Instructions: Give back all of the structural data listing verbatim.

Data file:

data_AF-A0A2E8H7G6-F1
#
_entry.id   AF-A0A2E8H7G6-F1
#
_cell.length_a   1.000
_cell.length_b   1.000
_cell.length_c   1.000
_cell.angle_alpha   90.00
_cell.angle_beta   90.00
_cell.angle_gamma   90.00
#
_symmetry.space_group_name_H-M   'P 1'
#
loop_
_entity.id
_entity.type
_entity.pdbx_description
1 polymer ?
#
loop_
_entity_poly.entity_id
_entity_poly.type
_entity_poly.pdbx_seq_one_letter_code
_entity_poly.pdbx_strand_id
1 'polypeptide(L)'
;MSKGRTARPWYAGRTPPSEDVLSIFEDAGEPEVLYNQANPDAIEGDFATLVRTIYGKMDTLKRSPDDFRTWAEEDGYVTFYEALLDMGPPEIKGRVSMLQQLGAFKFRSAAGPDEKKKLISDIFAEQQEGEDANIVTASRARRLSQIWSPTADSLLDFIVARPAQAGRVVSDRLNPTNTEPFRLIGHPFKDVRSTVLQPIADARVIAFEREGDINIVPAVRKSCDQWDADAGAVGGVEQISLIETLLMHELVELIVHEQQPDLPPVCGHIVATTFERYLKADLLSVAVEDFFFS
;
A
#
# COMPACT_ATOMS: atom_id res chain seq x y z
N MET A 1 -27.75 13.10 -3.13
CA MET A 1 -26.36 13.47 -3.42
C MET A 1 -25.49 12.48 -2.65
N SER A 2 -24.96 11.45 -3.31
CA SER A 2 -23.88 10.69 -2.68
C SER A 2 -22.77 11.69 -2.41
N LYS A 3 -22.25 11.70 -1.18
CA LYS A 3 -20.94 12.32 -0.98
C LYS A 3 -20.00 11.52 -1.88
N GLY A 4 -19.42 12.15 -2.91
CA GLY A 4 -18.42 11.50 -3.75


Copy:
data_AF-A0A2E8H7G6-F1
#
_entry.id   AF-A0A2E8H7G6-F1
#
_cell.length_a   1.000
_cell.length_b   1.000
_cell.length_c   1.000
_cell.angle_alpha   90.00
_cell.angle_beta   90.00
_cell.angle_gamma   90.00
#
_symmetry.space_group_name_H-M   'P 1'
#
loop_
_entity.id
_entity.type
_entity.pdbx_description
1 polymer ?
#
loop_
_entity_poly.entity_id
_entity_poly.type
_entity_poly.pdbx_seq_one_letter_code
_entity_poly.pdbx_strand_id
1 'polypeptide(L)'
;MSKGRTARPWYAGRTPPSEDVLSIFEDAGEPEVLYNQANPDAIEGDFATLVRTIYGKMDTLKRSPDDFRTWAEEDGYVTFYEALLDMGPPEIKGRVSMLQQLGAFKFRSAAGPDEKKKLISDIFAEQQEGEDANIVTASRARRLSQIWSPTADSLLDFIVARPAQAGRVVSDRLNPTNTEPFRLIGHPFKDVRSTVLQPIADARVIAFEREGDINIVPAVRKSCDQWDADAGAVGGVEQISLIETLLMHELVELIVHEQQPDLPPVCGHIVATTFERYLKADLLSVAVEDFFFS
;
A
#
# COMPACT_ATOMS: atom_id res chain seq x y z
N MET A 1 -27.75 13.10 -3.13
CA MET A 1 -26.36 13.47 -3.42
C MET A 1 -25.49 12.48 -2.65
N SER A 2 -24.96 11.45 -3.31
CA SER A 2 -23.88 10.69 -2.68
C SER A 2 -22.77 11.69 -2.41
N LYS A 3 -22.25 11.70 -1.18
CA LYS A 3 -20.94 12.32 -0.98
C LYS A 3 -20.00 11.52 -1.88
N GLY A 4 -19.42 12.15 -2.91
CA GLY A 4 -18.42 11.50 -3.75